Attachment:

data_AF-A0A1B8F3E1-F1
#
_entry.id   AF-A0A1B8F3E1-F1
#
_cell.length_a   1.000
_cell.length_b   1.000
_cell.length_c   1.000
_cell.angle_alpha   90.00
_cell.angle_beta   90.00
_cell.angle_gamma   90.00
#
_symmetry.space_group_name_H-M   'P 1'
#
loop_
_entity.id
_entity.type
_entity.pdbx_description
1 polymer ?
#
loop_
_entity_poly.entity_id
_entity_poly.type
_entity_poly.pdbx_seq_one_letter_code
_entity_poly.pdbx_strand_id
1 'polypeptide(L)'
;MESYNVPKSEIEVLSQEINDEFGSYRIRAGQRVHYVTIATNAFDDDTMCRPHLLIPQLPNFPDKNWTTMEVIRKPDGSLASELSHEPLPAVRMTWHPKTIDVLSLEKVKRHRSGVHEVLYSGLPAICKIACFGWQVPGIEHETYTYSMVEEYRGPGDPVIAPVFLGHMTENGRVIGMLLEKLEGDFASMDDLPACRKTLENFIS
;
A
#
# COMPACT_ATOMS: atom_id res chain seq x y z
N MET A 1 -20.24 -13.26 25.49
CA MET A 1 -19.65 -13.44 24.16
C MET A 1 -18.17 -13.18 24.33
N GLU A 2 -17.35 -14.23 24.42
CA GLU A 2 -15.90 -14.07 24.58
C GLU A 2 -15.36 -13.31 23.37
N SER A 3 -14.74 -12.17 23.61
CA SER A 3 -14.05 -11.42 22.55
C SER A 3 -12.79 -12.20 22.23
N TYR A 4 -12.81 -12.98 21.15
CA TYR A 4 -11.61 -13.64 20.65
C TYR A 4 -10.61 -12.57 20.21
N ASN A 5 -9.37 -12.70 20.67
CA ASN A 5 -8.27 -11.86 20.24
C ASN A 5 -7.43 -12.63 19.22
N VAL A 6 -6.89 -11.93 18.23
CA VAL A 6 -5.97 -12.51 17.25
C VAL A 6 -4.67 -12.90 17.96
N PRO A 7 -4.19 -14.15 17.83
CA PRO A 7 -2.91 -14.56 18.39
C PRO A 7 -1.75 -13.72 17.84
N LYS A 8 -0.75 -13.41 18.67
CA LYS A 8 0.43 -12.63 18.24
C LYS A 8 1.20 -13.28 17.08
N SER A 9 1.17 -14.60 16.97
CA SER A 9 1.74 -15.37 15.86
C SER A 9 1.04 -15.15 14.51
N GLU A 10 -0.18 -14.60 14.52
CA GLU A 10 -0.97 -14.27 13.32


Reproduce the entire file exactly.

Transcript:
data_AF-A0A1B8F3E1-F1
#
_entry.id   AF-A0A1B8F3E1-F1
#
_cell.length_a   1.000
_cell.length_b   1.000
_cell.length_c   1.000
_cell.angle_alpha   90.00
_cell.angle_beta   90.00
_cell.angle_gamma   90.00
#
_symmetry.space_group_name_H-M   'P 1'
#
loop_
_entity.id
_entity.type
_entity.pdbx_description
1 polymer ?
#
loop_
_entity_poly.entity_id
_entity_poly.type
_entity_poly.pdbx_seq_one_letter_code
_entity_poly.pdbx_strand_id
1 'polypeptide(L)'
;MESYNVPKSEIEVLSQEINDEFGSYRIRAGQRVHYVTIATNAFDDDTMCRPHLLIPQLPNFPDKNWTTMEVIRKPDGSLASELSHEPLPAVRMTWHPKTIDVLSLEKVKRHRSGVHEVLYSGLPAICKIACFGWQVPGIEHETYTYSMVEEYRGPGDPVIAPVFLGHMTENGRVIGMLLEKLEGDFASMDDLPACRKTLENFIS
;
A
#
# COMPACT_ATOMS: atom_id res chain seq x y z
N MET A 1 -20.24 -13.26 25.49
CA MET A 1 -19.65 -13.44 24.16
C MET A 1 -18.17 -13.18 24.33
N GLU A 2 -17.35 -14.23 24.42
CA GLU A 2 -15.90 -14.07 24.58
C GLU A 2 -15.36 -13.31 23.37
N SER A 3 -14.74 -12.17 23.61
CA SER A 3 -14.05 -11.42 22.55
C SER A 3 -12.79 -12.20 22.23
N TYR A 4 -12.81 -12.98 21.15
CA TYR A 4 -11.61 -13.64 20.65
C TYR A 4 -10.61 -12.57 20.21
N ASN A 5 -9.37 -12.70 20.67
CA ASN A 5 -8.27 -11.86 20.24
C ASN A 5 -7.43 -12.63 19.22
N VAL A 6 -6.89 -11.93 18.23
CA VAL A 6 -5.97 -12.51 17.25
C VAL A 6 -4.67 -12.90 17.96
N PRO A 7 -4.19 -14.15 17.83
CA PRO A 7 -2.91 -14.56 18.39
C PRO A 7 -1.75 -13.72 17.84
N LYS A 8 -0.75 -13.41 18.67
CA LYS A 8 0.43 -12.63 18.24
C LYS A 8 1.20 -13.28 17.08
N SER A 9 1.17 -14.60 16.97
CA SER A 9 1.74 -15.37 15.86
C SER A 9 1.04 -15.15 14.51
N GLU A 10 -0.18 -14.60 14.52
CA GLU A 10 -0.97 -14.27 13.32